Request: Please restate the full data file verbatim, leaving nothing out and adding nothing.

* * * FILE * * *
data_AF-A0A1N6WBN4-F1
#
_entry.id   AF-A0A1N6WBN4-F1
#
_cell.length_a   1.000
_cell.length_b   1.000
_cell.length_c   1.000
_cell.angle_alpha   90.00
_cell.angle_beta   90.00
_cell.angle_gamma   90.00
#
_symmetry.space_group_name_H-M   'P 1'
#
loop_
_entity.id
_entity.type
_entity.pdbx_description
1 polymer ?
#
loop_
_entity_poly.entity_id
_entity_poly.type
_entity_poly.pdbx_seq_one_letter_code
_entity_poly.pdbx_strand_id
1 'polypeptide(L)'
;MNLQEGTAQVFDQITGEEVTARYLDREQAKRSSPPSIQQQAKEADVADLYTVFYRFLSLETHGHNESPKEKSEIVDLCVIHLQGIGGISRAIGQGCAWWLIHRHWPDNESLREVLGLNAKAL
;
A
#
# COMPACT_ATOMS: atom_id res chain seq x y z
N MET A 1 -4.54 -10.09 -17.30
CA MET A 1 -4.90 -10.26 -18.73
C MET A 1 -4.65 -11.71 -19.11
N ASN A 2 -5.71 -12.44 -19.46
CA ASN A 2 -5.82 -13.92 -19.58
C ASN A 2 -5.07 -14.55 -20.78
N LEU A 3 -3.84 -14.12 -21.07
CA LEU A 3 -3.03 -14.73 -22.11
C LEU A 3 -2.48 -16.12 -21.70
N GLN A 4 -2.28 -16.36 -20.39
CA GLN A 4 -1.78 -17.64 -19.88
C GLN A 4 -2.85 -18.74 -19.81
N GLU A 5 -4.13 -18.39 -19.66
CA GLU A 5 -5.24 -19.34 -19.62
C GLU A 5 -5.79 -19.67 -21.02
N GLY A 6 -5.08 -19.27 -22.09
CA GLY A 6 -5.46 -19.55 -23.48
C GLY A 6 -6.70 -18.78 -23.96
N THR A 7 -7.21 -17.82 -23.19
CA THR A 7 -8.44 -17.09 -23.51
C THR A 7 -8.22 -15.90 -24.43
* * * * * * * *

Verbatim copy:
data_AF-A0A1N6WBN4-F1
#
_entry.id   AF-A0A1N6WBN4-F1
#
_cell.length_a   1.000
_cell.length_b   1.000
_cell.length_c   1.000
_cell.angle_alpha   90.00
_cell.angle_beta   90.00
_cell.angle_gamma   90.00
#
_symmetry.space_group_name_H-M   'P 1'
#
loop_
_entity.id
_entity.type
_entity.pdbx_description
1 polymer ?
#
loop_
_entity_poly.entity_id
_entity_poly.type
_entity_poly.pdbx_seq_one_letter_code
_entity_poly.pdbx_strand_id
1 'polypeptide(L)'
;MNLQEGTAQVFDQITGEEVTARYLDREQAKRSSPPSIQQQAKEADVADLYTVFYRFLSLETHGHNESPKEKSEIVDLCVIHLQGIGGISRAIGQGCAWWLIHRHWPDNESLREVLGLNAKAL
;
A
#
# COMPACT_ATOMS: atom_id res chain seq x y z
N MET A 1 -4.54 -10.09 -17.30
CA MET A 1 -4.90 -10.26 -18.73
C MET A 1 -4.65 -11.71 -19.11
N ASN A 2 -5.71 -12.44 -19.46
CA ASN A 2 -5.82 -13.92 -19.58
C ASN A 2 -5.07 -14.55 -20.78
N LEU A 3 -3.84 -14.12 -21.07
CA LEU A 3 -3.03 -14.73 -22.11
C LEU A 3 -2.48 -16.12 -21.70
N GLN A 4 -2.28 -16.36 -20.39
CA GLN A 4 -1.78 -17.64 -19.88
C GLN A 4 -2.85 -18.74 -19.81
N GLU A 5 -4.13 -18.39 -19.66
CA GLU A 5 -5.24 -19.34 -19.62
C GLU A 5 -5.79 -19.67 -21.02
N GLY A 6 -5.08 -19.27 -22.09
CA GLY A 6 -5.46 -19.55 -23.48
C GLY A 6 -6.70 -18.78 -23.96
N THR A 7 -7.21 -17.82 -23.19
CA THR A 7 -8.44 -17.09 -23.51
C THR A 7 -8.22 -15.90 -24.43